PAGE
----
# THE SIXTY-NINTH ANNUAL WILLIAM LOWELL PUTNAM EXAMINATION

**Problem A5**

Let n ≥ 3 be an integer. Let f(x) and g(x) be polynomials with real coefficients
such that the

points in R^{2} are the vertices of
a regular n-gon in

counterclockwise order. Prove that at least one of f(x) and g(x) has degree
greater than or equal

to n - 1.

**Solution:** Consider the polynomial p(x) = f(x) + ig(x), whose degree is
the maximum of the

degrees of f and g and which maps { 1, 2, ... , n} onto the vertices of this
polygon. With a suitable

choice of a complex constant (equal to the
center of the polygon), and a nonzero complex number

, we can replace this polynomial with the
polynomial
, whose degree is the

same as that of p(x), that is, equal to the maximum of the degrees of f(x) and
g(x), and which

maps to ,
in that order, where
. We need to show that

the degree of q(x) is at least n - 1.

Suppose not, that is, suppose . The
coefficients

satisfy the following linear system of n - 1
equations:

Now this system has a Vandermonde matrix, and can
therefore be solved for the coefficients

, which are uniquely determined. (The
determinant of the Vandermonde

matrix is The point of this analysis
is that there is one and only one

polynomial of degree at most n - 2 that maps
onto in that order.

But that polynomial is obviously

What we need to show is that q(1) cannot be 1. But that is obvious, since

**Problem A6**

Prove that there exists a constant c > 0 such that in every nontrivial finite
group G there exists

a sequence of length at most with the
property that each element of G equals the product

of some subsequence. (The elements of G in the sequence are not required to be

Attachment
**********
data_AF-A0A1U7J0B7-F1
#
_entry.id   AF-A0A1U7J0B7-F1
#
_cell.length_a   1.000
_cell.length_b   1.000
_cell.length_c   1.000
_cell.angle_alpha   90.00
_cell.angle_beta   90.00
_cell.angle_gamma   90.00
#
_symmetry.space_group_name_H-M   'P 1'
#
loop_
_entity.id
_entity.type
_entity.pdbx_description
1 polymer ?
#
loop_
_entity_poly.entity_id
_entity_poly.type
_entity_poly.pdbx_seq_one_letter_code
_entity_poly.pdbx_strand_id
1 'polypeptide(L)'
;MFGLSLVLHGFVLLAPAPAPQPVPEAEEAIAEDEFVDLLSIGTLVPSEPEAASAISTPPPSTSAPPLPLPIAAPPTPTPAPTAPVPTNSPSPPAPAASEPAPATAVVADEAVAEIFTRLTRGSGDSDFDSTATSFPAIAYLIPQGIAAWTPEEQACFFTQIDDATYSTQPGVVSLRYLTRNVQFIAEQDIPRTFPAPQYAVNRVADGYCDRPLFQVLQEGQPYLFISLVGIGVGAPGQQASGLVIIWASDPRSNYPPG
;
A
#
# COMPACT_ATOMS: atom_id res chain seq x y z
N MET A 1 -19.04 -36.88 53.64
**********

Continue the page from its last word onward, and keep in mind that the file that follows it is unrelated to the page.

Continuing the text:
distinct. A

subsequence of a sequence is obtained by selecting some of the terms, not
necessarily consecutive,

without reordering them, for example, 4, 4, 2 is a subsequence of 2, 4, 6, 4, 2,
but 2, 2, 4 is not.)

**Solution:** If we make the convention that the identity element e can be
represented as an empty

product, the constant c can be taken equal to 6. With this convention, the
restriction to non-trivial

groups can be removed also, since a string of 0 elements will represent the only
element in the

trivial group feg, and we'll certainly have 0 ≤ 6 ln(1) = 0.

Let G be any finite group, and let a any element of G different from the
identity. Since G is

finite, a has finite order, say k ≥ 2, that is, a^{k} = e. Let r be the
unique positive integer such that

. Then each of the elements a^{ j} ,
0 ≤ j < k (where a^{0} = e) has a unique representation

as a product of the elements , since each
integer j with 1 ≤ j < k has a unique

binary representation as a sum of powers 2^{i} with 0 ≤ i ≤ r - 1. Thus
we can now represent the

k distinct elements a^{ j} , 0 ≤ j < k, as products of the r elements
, 0 ≤ j ≤ r - 1. Notice that

. Thus, at this stage, we can represent k
elements of the

group using a string of at most elements,
taken from the sequence

If G consists only of the cyclic group H generated by a,
we are done, and indeed c = 3 > 2/ ln(2)

will suffice in this case. If H ≠ G, let b be an element not in H, and let l ≥ 2
be the smallest

positive integer such that . Just as above,
we know that any power b^{
j} , 0 ≤ j < l, can be

represented as a product of the s powers ,
where
. We now form the

sequence

which contains
elements. The set K of products of subsequences of

T consists of the elements for which 0 ≤ h <
l, 0 ≤ i < k, and 0 ≤ j < l. At least kl

of these are distinct, namely the elements .
For if
with ,
then

for some v with 0 ≤ v < k. Since
, this means
and

hence

If G = K, we are now done, since that means
≥ kl, and we have
represented every element

of the group by a product taken from the sequence T, which consists of at most

) elements.

If G ≠ K, let d ∈ G\K, and let m ≥ 2 be the smallest positive integer such that
. We

then form the sequence

where , so that
.

The products of subsequences of the sequence U form a set L of elements
containing all products

of the form

where 0 ≤ f < m, 0 ≤ g < l, 0 ≤ h < k, 0 ≤ i < l, and 0 ≤
j < m. At least klm of these are

distinct, namely the products . For if
, with ,
then

for some w with 0 ≤ w < k. Since
, it follows

that , and then, by what was proved about the
set K above, that
and .

If L = G, we are now done, having represented every element of G as a product
taken from

a sequence containing fewer than

6 ln() elements.

It is now clear that this process can be continued until the group G is entirely
exhausted.